A man answered, saying, "Hello." I politely said, "This is Chris. May I
please speak with Robin Carter? " Suddenly, the phone was slammed down on
I couldn't believe that anyone could be so rude.
I tracked down Robin's correct number and called her. I had transposed the
last two digits of her phone number.
After hanging up with her, I decided to call the 'wrong' number again.
When the same guy answered the phone, I yelled, "You're an a*****e!" and
I wrote his number down with the word 'a*****e' next to it, and put it in my
Every couple of weeks, when I was paying bills or had a really bad day, I'd
call him up and yell, "You're an a*****e!" It always cheered me up.
When Caller ID came to our area, I thought my therapeutic 'a*****e' calling
would have to stop. So, I called his number and said, Hi, this is John Smith
from the Telephone Company. I'm just calling to see if you're interested in
the Caller ID program?" He yelled, "NO!" and slammed the phone down.
I quickly called him back and said, "That's because you're an a*****e!"
One day I was at the store, getting ready to pull into a parking spot.
Some guy in a black BMW cut me off and pulled into the spot I had patiently
I hit the horn and yelled that I had been waiting for the spot. The idiot
I noticed a "For Sale" sign in his car window, so I wrote down his number.
A couple of days later, right after calling the first a*****e, ( I had his
number on speed dial ),I thought I had better call the BMW a*****e,
I said, "Is this the man with the black BMW for sale?"
"Yes, it is."
"Can you tell me where I can see it?"
"Yes, I live at 1802 West 34th Street. It's a yellow house, and the car's
parked right out in front."
"What's your name?" I asked.
"My name is Don Hansen," he said.
"When's a good time to catch you, Don?"
"I'm home every evening after five."
"Listen, Don, can I tell you something?"
"Don, you're an a*****e." Then I hung up, and added his number to my speed
Now, when I had a problem, I had two a*****es to call.
But after several months of calling them, it wasn't as enjoyable as it used
to be. So, I came up with an idea.
I called a*****e #1.
"You're an a*****e!" (But I didn't hang up.)
"Are you still there?" he asked.
"Yeah," I said.
"Stop calling me," he screamed.
"Make me," I said.
"Who are you?" he asked.
"My name is Don Hansen."
"Yeah? Where do you live?"
"a*****e, I live at 1802 West 34th Street, a yellow house, with my black
Beamer parked in front."
He said, "I'm coming over right now, Don. And you had better start saying
I said, "Yeah, like I'm really scared, a*****e."
Then I called a*****e #2.
"Hello?" he said.
"Hello, a*****e," I said.
He yelled, "If I ever find out who you are!"
"You'll what?" I said.
"I'll kick your ass," he exclaimed.
I answered, "Well, a*****e, here's your chance. I'm coming over right now."
Then I hung up and immediately called the police, saying that I lived
at 1802 West 34th Street, and that I was on my way over there to
kill my gay lover.
Then I called Channel 3 News about the gang war going down on West 34th
I quickly got into my car and headed over to 34th street.
There I saw two a*****es beating the crap out of each other in front of six
squad cars, a police helicopter, and a news crew.
NOW, I feel better.
Anger management really works!
| || || |
Thanks a lot for sharing this, Edwal! It made my day!
| | Jack Doughty
Local time: 18:44
Russian to English
Translated (slightly abridged) from a recent posting in the Russian forum by Sergei Tumanov:
To the former commanding officer of “SS-4138”
Secret. To Lt. V.V. Konetsky.
From Lt-Cdr. N.D. Dudarkin
I hereby draw to your attention the fact that stopwatch No. 11 522 475 b 4, produced in 1931, can no longer be use for its intended purpose.
On 28th July 1953, I, Lt-Cdr. Dudarkin, took a course of action which led to the unintentional loss of the said stopwatch. The date of its last check was May 1936.
At 1400 hours local time, I directed my Zeiss binoculars onto some women, date of birth approximately 1930, standing on the dock in Archangel port. One of them was nothing special to look at, but using some blunt instrument to point towards our ship, laughed hysterically. Affronted by her behaviour, and feeling irritable, having been on duty at sea for four days, I made a sudden movement, together with the binoculars, which caused the measuring instrument to fall out of my tunic pocket and fall overboard, but it stopped two metres short of the water, because I had tied it to a cord in compliance with orders. However, the binoculars also fell overboard and sank. Since they did not belong to the ship, they do not have to be written off. An attempt to rescue the stopwatch by the cord failed, because Seaman F.F. Kurva jumped in after the binoculars and seized the cord, unintentionally breaking it. This caused my body to lean out still further, so that the following fell into the water out of my tunic:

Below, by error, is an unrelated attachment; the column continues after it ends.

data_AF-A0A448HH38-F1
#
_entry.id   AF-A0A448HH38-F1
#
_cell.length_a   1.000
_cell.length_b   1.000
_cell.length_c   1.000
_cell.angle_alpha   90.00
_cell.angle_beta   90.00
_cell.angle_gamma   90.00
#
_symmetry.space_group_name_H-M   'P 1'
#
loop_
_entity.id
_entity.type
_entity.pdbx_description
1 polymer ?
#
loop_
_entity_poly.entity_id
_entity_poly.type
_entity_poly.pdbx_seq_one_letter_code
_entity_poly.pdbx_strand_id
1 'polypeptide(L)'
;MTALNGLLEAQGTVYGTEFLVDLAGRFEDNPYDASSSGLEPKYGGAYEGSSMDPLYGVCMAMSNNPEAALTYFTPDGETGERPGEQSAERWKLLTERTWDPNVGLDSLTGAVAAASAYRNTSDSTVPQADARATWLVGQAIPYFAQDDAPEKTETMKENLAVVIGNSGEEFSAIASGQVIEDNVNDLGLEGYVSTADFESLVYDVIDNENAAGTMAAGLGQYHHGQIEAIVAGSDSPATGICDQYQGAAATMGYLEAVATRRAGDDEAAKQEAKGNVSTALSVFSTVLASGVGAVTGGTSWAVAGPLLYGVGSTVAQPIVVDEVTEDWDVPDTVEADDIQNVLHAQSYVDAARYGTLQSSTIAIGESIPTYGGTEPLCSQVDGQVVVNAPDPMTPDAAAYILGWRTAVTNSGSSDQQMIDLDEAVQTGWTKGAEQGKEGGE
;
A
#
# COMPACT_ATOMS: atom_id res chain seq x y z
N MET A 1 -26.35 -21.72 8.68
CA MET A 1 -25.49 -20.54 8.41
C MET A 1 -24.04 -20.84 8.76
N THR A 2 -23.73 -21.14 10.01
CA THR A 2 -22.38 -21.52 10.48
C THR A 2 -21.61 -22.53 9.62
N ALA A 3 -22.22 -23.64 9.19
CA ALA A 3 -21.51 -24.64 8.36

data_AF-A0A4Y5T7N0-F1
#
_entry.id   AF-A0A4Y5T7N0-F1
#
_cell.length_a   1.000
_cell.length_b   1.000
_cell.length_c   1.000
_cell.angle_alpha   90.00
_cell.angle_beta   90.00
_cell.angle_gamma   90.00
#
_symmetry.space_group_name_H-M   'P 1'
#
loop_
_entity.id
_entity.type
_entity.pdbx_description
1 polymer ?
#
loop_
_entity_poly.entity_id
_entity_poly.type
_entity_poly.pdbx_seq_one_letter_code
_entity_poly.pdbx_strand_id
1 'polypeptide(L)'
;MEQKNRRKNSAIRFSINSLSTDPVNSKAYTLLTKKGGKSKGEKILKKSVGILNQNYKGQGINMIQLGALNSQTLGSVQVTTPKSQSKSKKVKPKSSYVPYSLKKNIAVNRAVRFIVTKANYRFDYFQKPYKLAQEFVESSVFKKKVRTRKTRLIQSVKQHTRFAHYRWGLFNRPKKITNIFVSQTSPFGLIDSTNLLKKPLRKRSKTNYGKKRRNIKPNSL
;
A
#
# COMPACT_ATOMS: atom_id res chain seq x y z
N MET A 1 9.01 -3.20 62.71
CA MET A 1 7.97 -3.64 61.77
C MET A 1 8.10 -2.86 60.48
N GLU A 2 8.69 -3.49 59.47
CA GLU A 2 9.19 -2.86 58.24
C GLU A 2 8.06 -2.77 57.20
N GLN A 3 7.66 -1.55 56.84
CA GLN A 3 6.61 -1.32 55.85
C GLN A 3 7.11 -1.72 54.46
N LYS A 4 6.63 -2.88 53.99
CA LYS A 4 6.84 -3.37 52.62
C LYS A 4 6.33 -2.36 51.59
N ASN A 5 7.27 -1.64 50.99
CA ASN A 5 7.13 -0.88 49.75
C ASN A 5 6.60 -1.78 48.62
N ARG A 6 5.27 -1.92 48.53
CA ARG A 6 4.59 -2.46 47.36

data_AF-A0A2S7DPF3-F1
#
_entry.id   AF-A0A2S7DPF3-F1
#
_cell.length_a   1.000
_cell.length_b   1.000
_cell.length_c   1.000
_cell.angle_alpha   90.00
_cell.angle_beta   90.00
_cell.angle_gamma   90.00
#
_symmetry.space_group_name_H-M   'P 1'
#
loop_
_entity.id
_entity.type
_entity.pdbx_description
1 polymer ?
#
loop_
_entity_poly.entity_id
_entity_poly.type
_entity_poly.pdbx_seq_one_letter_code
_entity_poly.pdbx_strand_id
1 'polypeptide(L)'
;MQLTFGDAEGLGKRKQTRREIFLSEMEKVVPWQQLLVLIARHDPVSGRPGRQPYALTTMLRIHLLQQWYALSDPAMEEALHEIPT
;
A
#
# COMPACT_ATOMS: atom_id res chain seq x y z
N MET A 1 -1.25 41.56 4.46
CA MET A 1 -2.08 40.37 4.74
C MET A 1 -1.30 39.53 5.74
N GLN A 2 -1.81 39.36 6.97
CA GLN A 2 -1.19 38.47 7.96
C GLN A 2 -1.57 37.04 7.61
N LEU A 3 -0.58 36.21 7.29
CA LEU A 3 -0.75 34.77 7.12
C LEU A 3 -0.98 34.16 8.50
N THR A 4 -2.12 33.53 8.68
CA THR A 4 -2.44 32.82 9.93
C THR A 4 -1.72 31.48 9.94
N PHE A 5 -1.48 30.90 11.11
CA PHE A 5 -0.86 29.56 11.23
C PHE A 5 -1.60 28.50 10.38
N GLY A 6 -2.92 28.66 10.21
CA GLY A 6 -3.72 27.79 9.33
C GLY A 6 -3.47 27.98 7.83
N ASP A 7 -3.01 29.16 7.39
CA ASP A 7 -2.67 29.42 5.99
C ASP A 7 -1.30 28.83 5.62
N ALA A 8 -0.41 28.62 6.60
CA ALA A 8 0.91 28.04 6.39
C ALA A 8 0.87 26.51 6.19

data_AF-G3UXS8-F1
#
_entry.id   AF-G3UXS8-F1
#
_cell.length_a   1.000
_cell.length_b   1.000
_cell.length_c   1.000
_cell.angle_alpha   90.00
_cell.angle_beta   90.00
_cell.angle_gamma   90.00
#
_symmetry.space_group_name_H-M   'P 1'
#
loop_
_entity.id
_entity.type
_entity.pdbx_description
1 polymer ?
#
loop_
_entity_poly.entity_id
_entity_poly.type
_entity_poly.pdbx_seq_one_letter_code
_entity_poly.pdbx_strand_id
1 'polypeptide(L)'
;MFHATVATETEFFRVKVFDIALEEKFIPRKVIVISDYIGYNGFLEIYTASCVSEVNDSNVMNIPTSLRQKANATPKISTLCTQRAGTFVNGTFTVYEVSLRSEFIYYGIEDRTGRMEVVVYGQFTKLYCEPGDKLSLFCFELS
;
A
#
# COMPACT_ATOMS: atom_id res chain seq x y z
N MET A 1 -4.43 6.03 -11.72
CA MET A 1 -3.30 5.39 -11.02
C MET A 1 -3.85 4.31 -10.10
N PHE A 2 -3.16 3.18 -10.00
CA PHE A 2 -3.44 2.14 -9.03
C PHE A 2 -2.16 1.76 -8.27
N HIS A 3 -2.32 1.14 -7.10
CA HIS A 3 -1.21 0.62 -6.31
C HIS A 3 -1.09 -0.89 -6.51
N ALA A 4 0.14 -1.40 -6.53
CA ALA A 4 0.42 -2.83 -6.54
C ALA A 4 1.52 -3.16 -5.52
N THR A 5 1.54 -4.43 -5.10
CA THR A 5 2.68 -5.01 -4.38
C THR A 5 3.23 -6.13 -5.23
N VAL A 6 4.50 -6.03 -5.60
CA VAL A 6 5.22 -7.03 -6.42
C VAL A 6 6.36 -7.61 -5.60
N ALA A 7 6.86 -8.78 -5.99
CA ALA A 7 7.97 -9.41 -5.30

1. Weights for maps: 08 items.
2. Protractors: 02 items.
I was keeping all this property on my person because there was no room for it in the Duty Officer’s pouch.
Chief Petty Officer V.D. Chuvilin jumped overboard to try to save Seaman Kurva, but in doing so, knocked over Seaman-Cook Mukhuddinov, who was passing by with dinner on a tray. The following fell overboard from Mukhuddinov’s tray:
1. Tea service.
2. 14 bottles of wine.
3. Cutlery and crockery, under 08 headings.
The whole crew was by then leaning over the side, creating a dangerous list, which had a negative influence on the spare motor-pump. The pump broke a tank containing 10 kg. of distilled alcohol. The alcohol leaked into the spare parts store and rendered the following unserviceable:
1. Various mallets, etc. – 25 items.
2. Wire-cutting pliers – 08 items.
A marine chronometer in a metal case fell onto the sea maps, and all these fell onto the deck and then into the water. All these objects suffered the same fate as the stopwatch.
Several tarpaulin jackets were thrown overboard, in the absence of a lifebelt, to save seaman F.F. Kurva, who, fully living up to his reputation, sank all these objects.
In view of the above, I request that the aforementioned equipment be written off the State property list and charged to our unit, and that those responsible, particularly F.F. Kurva, be appropriately charged and punished for their offences.
| || || |
To report site rules violations or get help, contact a site moderator:
You can also contact site staff by submitting a support request »
If you think you've got problems, read on!
|SDL Trados Studio 2017 Freelance|
|The leading translation software used by over 250,000 translators.|
SDL Trados Studio 2017 helps translators increase translation productivity whilst ensuring quality. Combining translation memory, terminology management and machine translation in one simple and easy-to-use environment.
More info »
|Protemos translation business management system |
|Create your account in minutes, and start working! 3-month trial for agencies, and free for freelancers!|
The system lets you keep client/vendor database, with contacts and rates, manage projects and assign jobs to vendors, issue invoices, track payments, store and manage project files, generate business reports on turnover profit per client/manager etc.
More info »